Restoring Barry’s Dad’s Pipes #4 – a very old GBD Squat Bulldog R9019


Blog by Steve Laug

Late in the summer of 2017 I received an email on rebornpipes blog from Barry in Portland, Oregon. He wanted to know if I would be interested in purchasing his Dad’s pipes. I have finished three of them so far, a 1939 Dunhill Patent Shell Bulldog, a Comoy’s Grand Slam Zulu and a Comoy’s London Pride Liverpool. After I finished the second pipe Barry wrote me an email that gave me a little more information on his Dad and incidentally on himself as this pipe was one of his own. Here is what he wrote me.

Steve, — Another great restoration and writing to go with it. I appreciate these pipes more watching the work it takes to get them in good condition.

Your (mine?) floral words about my father are perhaps a little deceptive. Inside that man was a lifelong Bolshevik. Who yearned for the revolution and settled for the party of Roosevelt. His parents were born in the Russian Empire (Ukraine), his father having escaped after brief detention during the 1905 failed uprising and to avoid conscription. His father was gruff, a bit crude and all politics. Given those origins he made the best of himself, had tons of friends and would have been a great social worker.

I misled you on the origin of his pipe conversion. It seems clear based on the 1939 pipe that he smoked a pipe in college, returning to them after the 1964 Surgeon General ‘s report on the danger of cigarettes. After that he only reverted to cigarettes at moments of great stress, a death, business setback or a fight with his wife.

He gave me two pipes in college – the GBD bulldog and a “Parker”. The latter I used to smoke a few times but found I was allergic to it, fortunately. The GBD was to get girls with an MGB, a Harris Tweed sport coat with leather elbow patches and jug wine. Didn’t work. Stanford women were in revolt and saw through the pretense. I put both pipes away for nearly fifty years and now they are in your good hands. — Barry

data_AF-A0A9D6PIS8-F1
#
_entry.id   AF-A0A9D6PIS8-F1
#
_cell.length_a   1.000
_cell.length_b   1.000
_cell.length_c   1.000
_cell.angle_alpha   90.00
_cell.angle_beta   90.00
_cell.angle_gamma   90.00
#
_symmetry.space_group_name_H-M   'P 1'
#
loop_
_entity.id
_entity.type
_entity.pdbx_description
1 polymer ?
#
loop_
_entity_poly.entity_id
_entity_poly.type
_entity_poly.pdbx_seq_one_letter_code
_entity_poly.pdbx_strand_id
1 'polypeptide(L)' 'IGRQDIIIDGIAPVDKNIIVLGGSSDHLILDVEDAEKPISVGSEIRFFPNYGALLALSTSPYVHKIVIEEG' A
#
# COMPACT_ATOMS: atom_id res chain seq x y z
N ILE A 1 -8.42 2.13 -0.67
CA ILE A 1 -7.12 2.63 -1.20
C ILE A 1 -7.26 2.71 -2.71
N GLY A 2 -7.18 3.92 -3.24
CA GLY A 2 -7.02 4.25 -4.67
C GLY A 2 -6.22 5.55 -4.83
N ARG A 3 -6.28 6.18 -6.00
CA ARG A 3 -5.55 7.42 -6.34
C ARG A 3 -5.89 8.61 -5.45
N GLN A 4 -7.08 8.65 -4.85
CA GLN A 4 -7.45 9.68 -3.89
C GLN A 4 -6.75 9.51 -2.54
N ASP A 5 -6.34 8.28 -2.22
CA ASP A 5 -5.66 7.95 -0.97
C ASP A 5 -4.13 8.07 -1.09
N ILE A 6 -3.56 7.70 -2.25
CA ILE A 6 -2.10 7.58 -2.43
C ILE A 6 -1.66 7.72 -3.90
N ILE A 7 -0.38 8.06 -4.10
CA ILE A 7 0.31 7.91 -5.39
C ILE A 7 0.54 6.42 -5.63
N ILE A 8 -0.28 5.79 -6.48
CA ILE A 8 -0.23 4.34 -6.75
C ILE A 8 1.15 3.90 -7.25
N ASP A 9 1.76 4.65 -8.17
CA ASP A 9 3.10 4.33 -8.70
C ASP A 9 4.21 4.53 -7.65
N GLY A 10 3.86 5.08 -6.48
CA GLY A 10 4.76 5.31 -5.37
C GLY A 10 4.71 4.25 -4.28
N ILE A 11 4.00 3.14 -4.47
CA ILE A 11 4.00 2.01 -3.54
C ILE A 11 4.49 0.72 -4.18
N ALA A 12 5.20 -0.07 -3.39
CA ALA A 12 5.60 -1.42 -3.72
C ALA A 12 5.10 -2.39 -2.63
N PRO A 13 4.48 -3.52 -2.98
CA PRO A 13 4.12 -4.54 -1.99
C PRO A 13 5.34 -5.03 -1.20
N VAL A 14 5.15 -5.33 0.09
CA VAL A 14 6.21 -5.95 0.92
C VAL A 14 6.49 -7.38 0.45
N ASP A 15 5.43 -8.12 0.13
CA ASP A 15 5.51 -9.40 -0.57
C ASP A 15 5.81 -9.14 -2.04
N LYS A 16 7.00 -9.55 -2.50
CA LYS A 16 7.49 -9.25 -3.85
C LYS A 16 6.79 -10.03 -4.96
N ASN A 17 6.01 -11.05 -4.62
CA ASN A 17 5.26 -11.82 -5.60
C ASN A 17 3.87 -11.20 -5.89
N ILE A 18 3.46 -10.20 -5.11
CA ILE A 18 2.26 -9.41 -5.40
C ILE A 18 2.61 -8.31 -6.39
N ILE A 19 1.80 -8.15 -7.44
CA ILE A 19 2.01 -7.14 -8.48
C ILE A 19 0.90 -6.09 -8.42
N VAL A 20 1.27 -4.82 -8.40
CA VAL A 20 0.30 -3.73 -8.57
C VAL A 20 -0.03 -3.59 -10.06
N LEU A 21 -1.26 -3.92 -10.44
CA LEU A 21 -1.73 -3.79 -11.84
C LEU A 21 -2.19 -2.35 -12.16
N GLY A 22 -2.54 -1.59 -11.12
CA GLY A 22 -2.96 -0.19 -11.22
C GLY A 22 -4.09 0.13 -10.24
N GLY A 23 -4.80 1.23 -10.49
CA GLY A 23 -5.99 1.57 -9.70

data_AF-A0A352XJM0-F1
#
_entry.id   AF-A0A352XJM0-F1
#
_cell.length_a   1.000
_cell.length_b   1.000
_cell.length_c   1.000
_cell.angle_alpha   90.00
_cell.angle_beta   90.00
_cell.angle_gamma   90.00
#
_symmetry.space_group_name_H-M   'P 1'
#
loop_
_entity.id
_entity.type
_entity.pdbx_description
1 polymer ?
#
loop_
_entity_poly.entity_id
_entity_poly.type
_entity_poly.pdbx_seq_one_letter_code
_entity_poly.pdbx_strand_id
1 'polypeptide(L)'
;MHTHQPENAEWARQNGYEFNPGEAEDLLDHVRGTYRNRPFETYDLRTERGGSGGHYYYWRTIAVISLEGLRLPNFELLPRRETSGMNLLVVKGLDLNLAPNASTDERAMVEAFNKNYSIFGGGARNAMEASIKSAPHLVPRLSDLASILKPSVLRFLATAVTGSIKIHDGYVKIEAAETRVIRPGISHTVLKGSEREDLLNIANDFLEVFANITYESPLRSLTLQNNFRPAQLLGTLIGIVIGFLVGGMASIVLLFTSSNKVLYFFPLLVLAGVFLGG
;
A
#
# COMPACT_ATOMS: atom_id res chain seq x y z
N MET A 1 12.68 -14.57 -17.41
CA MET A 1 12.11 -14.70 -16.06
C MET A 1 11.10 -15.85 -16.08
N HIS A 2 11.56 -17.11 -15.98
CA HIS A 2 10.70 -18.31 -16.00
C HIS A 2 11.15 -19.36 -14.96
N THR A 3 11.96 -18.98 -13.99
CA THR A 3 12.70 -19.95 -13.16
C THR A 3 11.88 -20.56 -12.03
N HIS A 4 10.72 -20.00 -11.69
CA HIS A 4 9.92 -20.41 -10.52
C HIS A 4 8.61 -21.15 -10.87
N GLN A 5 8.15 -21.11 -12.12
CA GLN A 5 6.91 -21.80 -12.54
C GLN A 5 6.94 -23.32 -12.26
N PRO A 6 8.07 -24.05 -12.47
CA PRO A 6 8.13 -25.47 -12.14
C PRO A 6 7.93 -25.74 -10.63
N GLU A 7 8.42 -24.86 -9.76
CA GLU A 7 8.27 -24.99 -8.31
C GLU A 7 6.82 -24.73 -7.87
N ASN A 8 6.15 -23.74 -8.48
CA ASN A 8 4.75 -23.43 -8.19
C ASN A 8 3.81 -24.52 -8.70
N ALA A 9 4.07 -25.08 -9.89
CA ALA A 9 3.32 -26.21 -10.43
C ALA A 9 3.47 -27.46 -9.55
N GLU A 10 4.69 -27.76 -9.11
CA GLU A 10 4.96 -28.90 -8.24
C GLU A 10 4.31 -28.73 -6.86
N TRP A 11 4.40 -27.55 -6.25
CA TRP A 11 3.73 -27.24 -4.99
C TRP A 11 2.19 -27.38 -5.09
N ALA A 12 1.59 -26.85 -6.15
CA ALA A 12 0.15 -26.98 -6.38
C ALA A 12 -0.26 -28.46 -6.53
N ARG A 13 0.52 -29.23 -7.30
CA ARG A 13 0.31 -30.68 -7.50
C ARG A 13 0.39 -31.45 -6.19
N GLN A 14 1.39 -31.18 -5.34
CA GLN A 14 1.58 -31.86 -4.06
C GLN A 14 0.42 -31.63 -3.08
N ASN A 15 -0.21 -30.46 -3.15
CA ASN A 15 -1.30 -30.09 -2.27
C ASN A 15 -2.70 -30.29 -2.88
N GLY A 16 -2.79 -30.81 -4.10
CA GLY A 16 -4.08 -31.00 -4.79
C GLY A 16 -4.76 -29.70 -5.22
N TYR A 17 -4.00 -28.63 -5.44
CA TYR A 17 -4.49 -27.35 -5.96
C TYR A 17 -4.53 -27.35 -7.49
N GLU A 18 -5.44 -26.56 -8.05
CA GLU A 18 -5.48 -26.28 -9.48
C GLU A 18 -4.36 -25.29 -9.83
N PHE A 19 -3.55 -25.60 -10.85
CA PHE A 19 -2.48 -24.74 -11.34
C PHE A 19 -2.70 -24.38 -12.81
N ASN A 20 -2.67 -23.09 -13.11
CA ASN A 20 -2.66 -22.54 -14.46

Barry and I corresponded back and forth and concluded our deal. I became the proud owner of his Dad’s pipes. The inventory of the pipes he would be sending included some real beauties – Comoy’s, Parkers, Dunhills and some no name brands. They were beautiful and I could not wait to see them. I had him send them to Jeff where he would clean them up before I received them. Jeff took some photos of the lot as he opened the box. Each pipe was individually wrapped with bubble wrap and taped to protect them. There were 25 bubble wrapped packages and a lot of pipe accessories included – pipe racks, reamers, scrapers and Comoy’s filters and washers. There were pipe pouches and a wooden cigar box that held all of the accessories and reamers. There was a boxed KleenReem pipe reamer that was virtually unused. Jeff unwrapped the pipes and took pictures of the estate showing both the pipes and the accessories. Barry had labeled each pipe with a sticky note. It was an amazing addition to my pipe and tool collection. The next pipe I chose to work on from the collection was GBD Squat Bulldog, the first of three GBD pipes. This pipe had the original stem and was in good condition. It was stamped on the left side of the shank GBD in an oval. On the right side of the shank it read London over England with shape number R9019. I was unfamiliar with the / shape number designation so I looked it up on a GBD Shape Number Chart and found that it was not listed on the charts that I could access on the web.  I would call it a squat Bulldog.